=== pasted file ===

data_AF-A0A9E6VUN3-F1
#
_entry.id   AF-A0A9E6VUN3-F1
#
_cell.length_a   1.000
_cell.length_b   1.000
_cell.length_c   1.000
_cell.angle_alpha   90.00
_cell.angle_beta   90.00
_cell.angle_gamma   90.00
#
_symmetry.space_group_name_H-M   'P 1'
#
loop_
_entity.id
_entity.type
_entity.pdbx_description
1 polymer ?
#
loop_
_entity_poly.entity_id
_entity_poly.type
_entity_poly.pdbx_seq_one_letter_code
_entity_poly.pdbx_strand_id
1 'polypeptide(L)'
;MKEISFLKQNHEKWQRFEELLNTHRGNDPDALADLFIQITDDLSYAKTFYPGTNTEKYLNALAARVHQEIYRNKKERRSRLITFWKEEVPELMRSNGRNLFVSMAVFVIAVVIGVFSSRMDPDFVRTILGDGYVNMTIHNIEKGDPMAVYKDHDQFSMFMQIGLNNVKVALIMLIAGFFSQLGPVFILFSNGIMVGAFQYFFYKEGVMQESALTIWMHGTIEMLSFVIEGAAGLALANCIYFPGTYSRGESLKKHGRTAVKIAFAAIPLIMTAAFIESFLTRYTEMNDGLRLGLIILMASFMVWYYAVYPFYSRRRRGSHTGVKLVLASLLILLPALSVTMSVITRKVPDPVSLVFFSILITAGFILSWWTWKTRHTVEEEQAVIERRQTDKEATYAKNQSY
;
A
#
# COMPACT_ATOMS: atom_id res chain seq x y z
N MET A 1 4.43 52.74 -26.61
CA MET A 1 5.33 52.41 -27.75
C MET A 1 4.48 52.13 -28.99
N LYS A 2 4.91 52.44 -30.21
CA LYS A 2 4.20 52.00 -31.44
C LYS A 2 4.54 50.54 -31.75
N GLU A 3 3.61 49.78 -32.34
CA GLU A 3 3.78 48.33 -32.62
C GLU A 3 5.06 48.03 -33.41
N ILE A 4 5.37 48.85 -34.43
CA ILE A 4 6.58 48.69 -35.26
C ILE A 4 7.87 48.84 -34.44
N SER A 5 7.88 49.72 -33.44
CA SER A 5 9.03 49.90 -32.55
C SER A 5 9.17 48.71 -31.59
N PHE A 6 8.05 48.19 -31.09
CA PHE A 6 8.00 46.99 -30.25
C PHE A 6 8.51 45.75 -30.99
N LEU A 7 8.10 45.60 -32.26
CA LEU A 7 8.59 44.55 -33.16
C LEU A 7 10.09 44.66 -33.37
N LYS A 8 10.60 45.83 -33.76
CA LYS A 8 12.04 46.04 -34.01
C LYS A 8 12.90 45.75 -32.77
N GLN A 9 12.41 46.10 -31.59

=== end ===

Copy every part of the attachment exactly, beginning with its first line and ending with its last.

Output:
data_AF-A0A9E6VUN3-F1
#
_entry.id   AF-A0A9E6VUN3-F1
#
_cell.length_a   1.000
_cell.length_b   1.000
_cell.length_c   1.000
_cell.angle_alpha   90.00
_cell.angle_beta   90.00
_cell.angle_gamma   90.00
#
_symmetry.space_group_name_H-M   'P 1'
#
loop_
_entity.id
_entity.type
_entity.pdbx_description
1 polymer ?
#
loop_
_entity_poly.entity_id
_entity_poly.type
_entity_poly.pdbx_seq_one_letter_code
_entity_poly.pdbx_strand_id
1 'polypeptide(L)'
;MKEISFLKQNHEKWQRFEELLNTHRGNDPDALADLFIQITDDLSYAKTFYPGTNTEKYLNALAARVHQEIYRNKKERRSRLITFWKEEVPELMRSNGRNLFVSMAVFVIAVVIGVFSSRMDPDFVRTILGDGYVNMTIHNIEKGDPMAVYKDHDQFSMFMQIGLNNVKVALIMLIAGFFSQLGPVFILFSNGIMVGAFQYFFYKEGVMQESALTIWMHGTIEMLSFVIEGAAGLALANCIYFPGTYSRGESLKKHGRTAVKIAFAAIPLIMTAAFIESFLTRYTEMNDGLRLGLIILMASFMVWYYAVYPFYSRRRRGSHTGVKLVLASLLILLPALSVTMSVITRKVPDPVSLVFFSILITAGFILSWWTWKTRHTVEEEQAVIERRQTDKEATYAKNQSY
;
A
#
# COMPACT_ATOMS: atom_id res chain seq x y z
N MET A 1 4.43 52.74 -26.61
CA MET A 1 5.33 52.41 -27.75
C MET A 1 4.48 52.13 -28.99
N LYS A 2 4.91 52.44 -30.21
CA LYS A 2 4.20 52.00 -31.44
C LYS A 2 4.54 50.54 -31.75
N GLU A 3 3.61 49.78 -32.34
CA GLU A 3 3.78 48.33 -32.62
C GLU A 3 5.06 48.03 -33.41
N ILE A 4 5.37 48.85 -34.43
CA ILE A 4 6.58 48.69 -35.26
C ILE A 4 7.87 48.84 -34.44
N SER A 5 7.88 49.72 -33.44
CA SER A 5 9.03 49.90 -32.55
C SER A 5 9.17 48.71 -31.59
N PHE A 6 8.05 48.19 -31.09
CA PHE A 6 8.00 46.99 -30.25
C PHE A 6 8.51 45.75 -30.99
N LEU A 7 8.10 45.60 -32.26
CA LEU A 7 8.59 44.55 -33.16
C LEU A 7 10.09 44.66 -33.37
N LYS A 8 10.60 45.83 -33.76
CA LYS A 8 12.04 46.04 -34.01
C LYS A 8 12.90 45.75 -32.77
N GLN A 9 12.41 46.10 -31.59